John 2:1-5 - On the third day there was a wedding at Cana in Galilee, and the mother of Jesus was there. Jesus also was invited to the wedding with His disciples. When the wine ran out, the mother of Jesus said to Him, "They have no wine." And Jesus said to her, "Woman, what does this have to do with Me? My hour has not yet come." His mother said to the servants, "Do whatever He tells you."
I love the story of Jesus at the wedding in Cana. Mary mentions the wine problem to Jesus—why, exactly? Up to this point He has done no miracles (see John 2:11), so she's probably not expecting one. Did Jesus have a reputation for fixing difficult problems? She clearly has a lot of faith in Him.
Jesus reacts to His mother's hint with bemusement: "What does this have to do with Me? My hour has not yet come."
That last sentence is a little cryptic, but it certainly carries a sense of "No." I'm sure Mary heard it, too. Nevertheless, she knows her Son well. So instead of arguing or instead of giving up, she merely turns to the servants and says, "Do whatever He tells you." And off she goes, leaving the problem in Jesus' hands.
That was a wise choice! Because just as Mary foresaw, Jesus gets to work on the problem—if not exactly the way that she imagined it. He does His first miracle. And He doesn't do it on His own, for example, by causing the wineskins to magically refill themselves. No, Jesus has a better idea.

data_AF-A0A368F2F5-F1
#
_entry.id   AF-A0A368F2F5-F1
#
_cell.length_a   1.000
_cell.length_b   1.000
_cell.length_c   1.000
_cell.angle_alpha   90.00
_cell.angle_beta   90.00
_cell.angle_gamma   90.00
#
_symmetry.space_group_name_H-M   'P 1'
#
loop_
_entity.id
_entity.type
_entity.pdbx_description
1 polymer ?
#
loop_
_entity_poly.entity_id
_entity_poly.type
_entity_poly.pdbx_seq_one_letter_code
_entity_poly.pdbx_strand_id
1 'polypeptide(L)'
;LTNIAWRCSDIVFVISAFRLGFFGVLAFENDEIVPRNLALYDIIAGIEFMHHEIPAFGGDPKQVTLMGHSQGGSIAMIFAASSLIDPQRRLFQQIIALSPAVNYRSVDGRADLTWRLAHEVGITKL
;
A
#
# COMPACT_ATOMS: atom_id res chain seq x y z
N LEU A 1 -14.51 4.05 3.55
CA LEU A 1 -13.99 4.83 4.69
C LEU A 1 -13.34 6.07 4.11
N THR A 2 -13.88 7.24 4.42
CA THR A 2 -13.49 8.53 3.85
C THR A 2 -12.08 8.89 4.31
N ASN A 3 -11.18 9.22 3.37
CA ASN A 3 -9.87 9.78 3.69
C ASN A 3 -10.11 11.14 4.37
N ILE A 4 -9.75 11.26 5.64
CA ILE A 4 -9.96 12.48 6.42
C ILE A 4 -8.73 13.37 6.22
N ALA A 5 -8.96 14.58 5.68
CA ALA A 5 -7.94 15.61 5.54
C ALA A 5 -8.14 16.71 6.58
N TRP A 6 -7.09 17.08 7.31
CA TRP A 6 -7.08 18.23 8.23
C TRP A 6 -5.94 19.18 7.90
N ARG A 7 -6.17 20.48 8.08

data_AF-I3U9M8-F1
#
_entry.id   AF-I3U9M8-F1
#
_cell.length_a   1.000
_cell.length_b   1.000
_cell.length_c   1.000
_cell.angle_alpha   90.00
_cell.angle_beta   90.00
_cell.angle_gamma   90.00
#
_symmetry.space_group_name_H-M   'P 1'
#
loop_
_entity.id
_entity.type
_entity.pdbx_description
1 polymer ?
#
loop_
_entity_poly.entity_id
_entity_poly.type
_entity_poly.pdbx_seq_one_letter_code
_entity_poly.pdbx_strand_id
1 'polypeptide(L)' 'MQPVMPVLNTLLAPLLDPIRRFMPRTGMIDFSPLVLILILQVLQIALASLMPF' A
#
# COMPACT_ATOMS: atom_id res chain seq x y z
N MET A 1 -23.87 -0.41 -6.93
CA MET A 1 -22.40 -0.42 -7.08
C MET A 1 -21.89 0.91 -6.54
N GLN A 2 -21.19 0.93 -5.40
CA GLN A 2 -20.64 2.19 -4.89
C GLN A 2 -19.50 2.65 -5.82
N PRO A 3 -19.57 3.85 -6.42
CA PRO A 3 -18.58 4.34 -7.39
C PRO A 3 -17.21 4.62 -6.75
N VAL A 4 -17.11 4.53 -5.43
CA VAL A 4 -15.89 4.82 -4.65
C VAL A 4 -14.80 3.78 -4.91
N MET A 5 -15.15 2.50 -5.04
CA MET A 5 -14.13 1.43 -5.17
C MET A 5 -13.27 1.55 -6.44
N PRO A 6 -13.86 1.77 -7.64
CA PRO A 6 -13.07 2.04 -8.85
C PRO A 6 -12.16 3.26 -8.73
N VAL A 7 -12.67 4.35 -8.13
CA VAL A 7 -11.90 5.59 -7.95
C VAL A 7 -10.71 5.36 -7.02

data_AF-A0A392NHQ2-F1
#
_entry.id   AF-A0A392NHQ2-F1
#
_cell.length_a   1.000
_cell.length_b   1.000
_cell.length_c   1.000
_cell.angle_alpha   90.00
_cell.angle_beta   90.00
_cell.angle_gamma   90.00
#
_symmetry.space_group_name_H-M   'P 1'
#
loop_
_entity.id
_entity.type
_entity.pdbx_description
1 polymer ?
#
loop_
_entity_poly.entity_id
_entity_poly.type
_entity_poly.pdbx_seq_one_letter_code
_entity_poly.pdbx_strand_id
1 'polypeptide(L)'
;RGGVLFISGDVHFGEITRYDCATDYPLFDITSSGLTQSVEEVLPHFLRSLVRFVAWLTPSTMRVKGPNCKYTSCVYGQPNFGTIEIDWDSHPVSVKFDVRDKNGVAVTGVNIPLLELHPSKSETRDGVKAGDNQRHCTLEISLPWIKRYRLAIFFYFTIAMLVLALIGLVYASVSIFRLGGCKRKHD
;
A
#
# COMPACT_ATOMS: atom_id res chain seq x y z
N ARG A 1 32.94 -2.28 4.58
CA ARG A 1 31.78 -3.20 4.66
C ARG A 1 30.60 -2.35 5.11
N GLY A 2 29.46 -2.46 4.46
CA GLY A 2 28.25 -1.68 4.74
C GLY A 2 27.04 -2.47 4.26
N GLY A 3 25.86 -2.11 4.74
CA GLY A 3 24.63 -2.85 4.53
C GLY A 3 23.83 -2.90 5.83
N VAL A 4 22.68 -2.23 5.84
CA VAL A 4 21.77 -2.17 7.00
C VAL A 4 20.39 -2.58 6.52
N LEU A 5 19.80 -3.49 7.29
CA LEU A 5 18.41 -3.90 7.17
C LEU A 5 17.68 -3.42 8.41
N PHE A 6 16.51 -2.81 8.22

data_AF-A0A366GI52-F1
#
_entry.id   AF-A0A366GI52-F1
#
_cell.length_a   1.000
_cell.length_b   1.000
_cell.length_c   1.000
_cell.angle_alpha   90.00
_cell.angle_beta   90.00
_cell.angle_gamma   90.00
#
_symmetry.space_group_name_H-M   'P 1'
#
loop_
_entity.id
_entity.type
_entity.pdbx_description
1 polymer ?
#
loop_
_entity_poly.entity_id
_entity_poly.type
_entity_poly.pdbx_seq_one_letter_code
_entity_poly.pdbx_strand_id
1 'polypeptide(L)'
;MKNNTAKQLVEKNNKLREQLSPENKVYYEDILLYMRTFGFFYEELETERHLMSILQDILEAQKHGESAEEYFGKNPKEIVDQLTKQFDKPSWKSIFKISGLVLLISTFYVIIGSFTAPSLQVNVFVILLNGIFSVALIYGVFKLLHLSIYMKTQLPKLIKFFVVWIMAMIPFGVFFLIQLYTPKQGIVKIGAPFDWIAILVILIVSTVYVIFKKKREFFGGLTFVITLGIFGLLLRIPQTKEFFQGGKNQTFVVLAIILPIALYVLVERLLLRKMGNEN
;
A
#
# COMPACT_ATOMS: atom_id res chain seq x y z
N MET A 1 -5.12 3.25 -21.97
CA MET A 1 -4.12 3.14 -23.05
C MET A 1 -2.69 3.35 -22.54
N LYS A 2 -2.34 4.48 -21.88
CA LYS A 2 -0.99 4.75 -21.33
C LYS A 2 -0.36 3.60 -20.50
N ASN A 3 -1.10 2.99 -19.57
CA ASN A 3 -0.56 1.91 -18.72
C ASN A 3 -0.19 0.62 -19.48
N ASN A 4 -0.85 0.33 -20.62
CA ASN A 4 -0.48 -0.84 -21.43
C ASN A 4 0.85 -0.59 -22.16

He makes the servants a part of His miracle. "Fill the jars with water," He says, and they do so, up to the brim. They don't know why, of course. He said to do it, and that's good enough for them. Then He tells them to dip some out and take it to the master of the feast to drink. Now that must have been a bit scarier. What is the emcee going to do when he's faced with a wineglass full of washing water?
But they do it, and everything turns out fine, in fact, better than fine. The water was the best wine. The servants breathe a sigh of relief, Mary no doubt smiled, and the wedding feast was saved.
It's a pretty good paradigm for what we ought to do when we run into problems in our own lives, isn't it? Like Mary, we take our needs to Jesus—even the odd ones, even the ones that don't appear to have any spiritual dimension to them at all. We may have no idea how to fix the problem; we don't even know what to pray for. It doesn't matter. We can leave it in Jesus' hands, knowing that He will do whatever is best. He always has before!
But there's more: because very often Jesus involves us in the solution to those messes, just as He involved the servants at Cana. "Do such-and-such," He says to us, and we go off to do it—whether that means lending someone money, making phone calls on their behalf, listening for hours to a troubled person, or any other loving action. We obey Him. We trust Him to work things out. After all, the One who died and rose again to save us will certainly care about the smaller problems in our lives!
THE PRAYER: Lord, when there is trouble in my life, please help me. Amen.
This Daily Devotion was written by Dr. Kari Vo.
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